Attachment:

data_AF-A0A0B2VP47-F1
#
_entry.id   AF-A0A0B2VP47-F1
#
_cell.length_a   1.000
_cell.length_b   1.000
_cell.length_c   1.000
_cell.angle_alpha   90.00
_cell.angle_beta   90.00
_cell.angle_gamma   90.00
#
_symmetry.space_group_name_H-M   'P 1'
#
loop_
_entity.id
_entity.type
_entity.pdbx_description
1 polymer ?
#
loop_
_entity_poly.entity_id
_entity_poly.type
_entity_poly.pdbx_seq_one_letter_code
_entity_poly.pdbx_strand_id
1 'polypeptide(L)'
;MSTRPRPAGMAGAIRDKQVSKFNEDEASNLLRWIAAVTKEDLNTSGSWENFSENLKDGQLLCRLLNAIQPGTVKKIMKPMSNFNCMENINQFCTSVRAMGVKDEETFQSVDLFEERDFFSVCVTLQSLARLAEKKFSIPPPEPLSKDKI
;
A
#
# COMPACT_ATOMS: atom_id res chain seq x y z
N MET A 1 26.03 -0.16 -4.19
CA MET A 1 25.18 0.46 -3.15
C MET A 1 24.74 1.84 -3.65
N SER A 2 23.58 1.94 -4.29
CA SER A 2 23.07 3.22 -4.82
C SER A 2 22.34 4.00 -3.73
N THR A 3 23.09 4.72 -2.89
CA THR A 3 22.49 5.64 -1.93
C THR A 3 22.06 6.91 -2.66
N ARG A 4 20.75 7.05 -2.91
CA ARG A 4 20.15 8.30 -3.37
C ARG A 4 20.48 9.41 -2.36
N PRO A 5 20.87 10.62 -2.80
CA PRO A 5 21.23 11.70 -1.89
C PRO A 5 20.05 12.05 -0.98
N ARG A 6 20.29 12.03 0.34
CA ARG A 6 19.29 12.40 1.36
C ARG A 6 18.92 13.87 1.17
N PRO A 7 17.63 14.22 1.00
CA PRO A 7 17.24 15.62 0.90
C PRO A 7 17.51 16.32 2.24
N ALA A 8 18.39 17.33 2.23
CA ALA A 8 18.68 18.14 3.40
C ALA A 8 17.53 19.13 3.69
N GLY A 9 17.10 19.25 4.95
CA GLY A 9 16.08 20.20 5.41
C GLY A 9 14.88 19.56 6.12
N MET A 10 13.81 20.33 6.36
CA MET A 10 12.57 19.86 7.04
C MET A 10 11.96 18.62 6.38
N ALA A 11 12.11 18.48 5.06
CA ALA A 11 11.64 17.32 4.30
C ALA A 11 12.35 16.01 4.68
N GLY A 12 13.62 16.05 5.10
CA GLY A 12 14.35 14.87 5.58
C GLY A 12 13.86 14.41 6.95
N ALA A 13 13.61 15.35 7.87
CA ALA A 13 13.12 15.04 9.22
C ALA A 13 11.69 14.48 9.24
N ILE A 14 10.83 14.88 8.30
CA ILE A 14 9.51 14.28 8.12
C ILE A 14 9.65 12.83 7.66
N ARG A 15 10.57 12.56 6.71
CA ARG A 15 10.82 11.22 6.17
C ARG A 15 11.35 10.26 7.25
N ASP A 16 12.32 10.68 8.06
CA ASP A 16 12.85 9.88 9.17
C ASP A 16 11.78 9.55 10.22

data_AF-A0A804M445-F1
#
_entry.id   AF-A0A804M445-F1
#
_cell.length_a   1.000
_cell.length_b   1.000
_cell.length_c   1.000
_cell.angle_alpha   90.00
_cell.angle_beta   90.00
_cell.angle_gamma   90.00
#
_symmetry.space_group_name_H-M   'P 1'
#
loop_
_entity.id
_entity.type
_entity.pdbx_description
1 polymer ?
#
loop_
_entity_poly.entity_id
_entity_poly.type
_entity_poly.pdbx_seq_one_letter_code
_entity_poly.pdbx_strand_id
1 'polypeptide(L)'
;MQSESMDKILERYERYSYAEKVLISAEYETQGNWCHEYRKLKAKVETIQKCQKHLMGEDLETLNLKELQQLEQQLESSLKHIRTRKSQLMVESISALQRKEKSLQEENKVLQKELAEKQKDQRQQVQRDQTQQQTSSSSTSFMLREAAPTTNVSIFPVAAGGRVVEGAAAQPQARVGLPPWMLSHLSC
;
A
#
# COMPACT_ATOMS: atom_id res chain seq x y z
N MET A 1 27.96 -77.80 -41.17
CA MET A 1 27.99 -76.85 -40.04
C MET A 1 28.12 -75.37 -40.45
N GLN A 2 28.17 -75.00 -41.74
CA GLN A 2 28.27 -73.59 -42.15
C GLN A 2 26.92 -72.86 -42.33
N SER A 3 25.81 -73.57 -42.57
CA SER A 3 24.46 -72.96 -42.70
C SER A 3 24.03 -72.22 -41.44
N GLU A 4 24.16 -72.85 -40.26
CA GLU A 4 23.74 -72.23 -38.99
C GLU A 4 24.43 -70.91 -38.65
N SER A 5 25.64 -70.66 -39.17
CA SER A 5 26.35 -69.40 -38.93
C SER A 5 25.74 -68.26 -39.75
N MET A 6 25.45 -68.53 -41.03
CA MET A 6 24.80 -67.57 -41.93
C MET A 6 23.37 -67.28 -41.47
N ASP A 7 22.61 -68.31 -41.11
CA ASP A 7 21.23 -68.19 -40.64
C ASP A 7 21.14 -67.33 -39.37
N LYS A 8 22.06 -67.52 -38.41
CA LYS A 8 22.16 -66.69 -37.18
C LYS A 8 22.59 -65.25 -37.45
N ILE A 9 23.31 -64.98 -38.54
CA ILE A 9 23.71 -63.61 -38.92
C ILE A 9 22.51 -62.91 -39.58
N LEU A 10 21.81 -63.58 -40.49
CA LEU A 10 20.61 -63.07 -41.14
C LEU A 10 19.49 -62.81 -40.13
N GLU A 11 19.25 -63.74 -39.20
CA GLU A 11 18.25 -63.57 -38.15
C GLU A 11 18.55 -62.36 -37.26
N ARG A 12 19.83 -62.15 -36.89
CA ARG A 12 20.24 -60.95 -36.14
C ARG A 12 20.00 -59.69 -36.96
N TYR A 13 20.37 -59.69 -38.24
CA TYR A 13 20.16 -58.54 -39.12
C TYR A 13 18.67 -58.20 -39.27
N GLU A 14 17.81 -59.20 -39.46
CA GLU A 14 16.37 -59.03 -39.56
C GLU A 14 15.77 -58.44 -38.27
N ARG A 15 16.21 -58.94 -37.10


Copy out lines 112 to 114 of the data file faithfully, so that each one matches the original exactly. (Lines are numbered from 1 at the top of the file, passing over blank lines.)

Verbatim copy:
N GLN A 2 28.17 -75.00 -41.74
CA GLN A 2 28.27 -73.59 -42.15
C GLN A 2 26.92 -72.86 -42.33